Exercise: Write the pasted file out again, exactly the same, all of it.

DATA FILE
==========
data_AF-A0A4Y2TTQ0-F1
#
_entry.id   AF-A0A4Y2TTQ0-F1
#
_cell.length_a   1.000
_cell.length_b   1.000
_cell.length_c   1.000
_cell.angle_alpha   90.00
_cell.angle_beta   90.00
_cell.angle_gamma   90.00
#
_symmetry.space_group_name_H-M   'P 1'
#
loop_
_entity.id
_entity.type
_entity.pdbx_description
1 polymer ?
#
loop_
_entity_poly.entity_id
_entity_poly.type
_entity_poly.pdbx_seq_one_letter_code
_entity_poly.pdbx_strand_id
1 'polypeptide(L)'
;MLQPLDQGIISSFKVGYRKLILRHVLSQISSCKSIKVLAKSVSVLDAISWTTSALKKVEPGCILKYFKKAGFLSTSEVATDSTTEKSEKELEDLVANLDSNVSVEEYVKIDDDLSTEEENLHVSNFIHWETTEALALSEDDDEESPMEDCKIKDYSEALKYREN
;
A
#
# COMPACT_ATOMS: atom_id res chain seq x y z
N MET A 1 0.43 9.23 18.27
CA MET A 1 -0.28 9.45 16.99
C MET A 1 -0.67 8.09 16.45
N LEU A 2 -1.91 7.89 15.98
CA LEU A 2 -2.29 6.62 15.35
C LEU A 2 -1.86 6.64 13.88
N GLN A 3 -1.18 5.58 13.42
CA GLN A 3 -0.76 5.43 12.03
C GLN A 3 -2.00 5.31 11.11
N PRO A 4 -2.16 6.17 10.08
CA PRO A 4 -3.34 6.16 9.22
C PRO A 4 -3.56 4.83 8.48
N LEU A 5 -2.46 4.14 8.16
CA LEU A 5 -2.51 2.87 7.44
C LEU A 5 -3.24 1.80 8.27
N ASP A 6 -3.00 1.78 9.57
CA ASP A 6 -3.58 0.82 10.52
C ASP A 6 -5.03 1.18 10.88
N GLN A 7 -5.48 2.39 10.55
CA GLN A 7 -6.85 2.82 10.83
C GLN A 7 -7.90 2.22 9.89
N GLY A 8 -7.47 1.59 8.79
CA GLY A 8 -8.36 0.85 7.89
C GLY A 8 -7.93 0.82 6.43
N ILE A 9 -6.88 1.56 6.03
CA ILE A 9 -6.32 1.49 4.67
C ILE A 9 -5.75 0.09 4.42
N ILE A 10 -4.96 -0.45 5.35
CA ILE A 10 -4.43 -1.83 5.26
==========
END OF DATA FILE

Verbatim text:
data_AF-A0A4Y2TTQ0-F1
#
_entry.id   AF-A0A4Y2TTQ0-F1
#
_cell.length_a   1.000
_cell.length_b   1.000
_cell.length_c   1.000
_cell.angle_alpha   90.00
_cell.angle_beta   90.00
_cell.angle_gamma   90.00
#
_symmetry.space_group_name_H-M   'P 1'
#
loop_
_entity.id
_entity.type
_entity.pdbx_description
1 polymer ?
#
loop_
_entity_poly.entity_id
_entity_poly.type
_entity_poly.pdbx_seq_one_letter_code
_entity_poly.pdbx_strand_id
1 'polypeptide(L)'
;MLQPLDQGIISSFKVGYRKLILRHVLSQISSCKSIKVLAKSVSVLDAISWTTSALKKVEPGCILKYFKKAGFLSTSEVATDSTTEKSEKELEDLVANLDSNVSVEEYVKIDDDLSTEEENLHVSNFIHWETTEALALSEDDDEESPMEDCKIKDYSEALKYREN
;
A
#
# COMPACT_ATOMS: atom_id res chain seq x y z
N MET A 1 0.43 9.23 18.27
CA MET A 1 -0.28 9.45 16.99
C MET A 1 -0.67 8.09 16.45
N LEU A 2 -1.91 7.89 15.98
CA LEU A 2 -2.29 6.62 15.35
C LEU A 2 -1.86 6.64 13.88
N GLN A 3 -1.18 5.58 13.42
CA GLN A 3 -0.76 5.43 12.03
C GLN A 3 -2.00 5.31 11.11
N PRO A 4 -2.16 6.17 10.08
CA PRO A 4 -3.34 6.16 9.22
C PRO A 4 -3.56 4.83 8.48
N LEU A 5 -2.46 4.14 8.16
CA LEU A 5 -2.51 2.87 7.44
C LEU A 5 -3.24 1.80 8.27
N ASP A 6 -3.00 1.78 9.57
CA ASP A 6 -3.58 0.82 10.52
C ASP A 6 -5.03 1.18 10.88
N GLN A 7 -5.48 2.39 10.55
CA GLN A 7 -6.85 2.82 10.83
C GLN A 7 -7.90 2.22 9.89
N GLY A 8 -7.47 1.59 8.79
CA GLY A 8 -8.36 0.85 7.89
C GLY A 8 -7.93 0.82 6.43
N ILE A 9 -6.88 1.56 6.03
CA ILE A 9 -6.32 1.49 4.67
C ILE A 9 -5.75 0.09 4.42
N ILE A 10 -4.96 -0.45 5.35
CA ILE A 10 -4.43 -1.83 5.26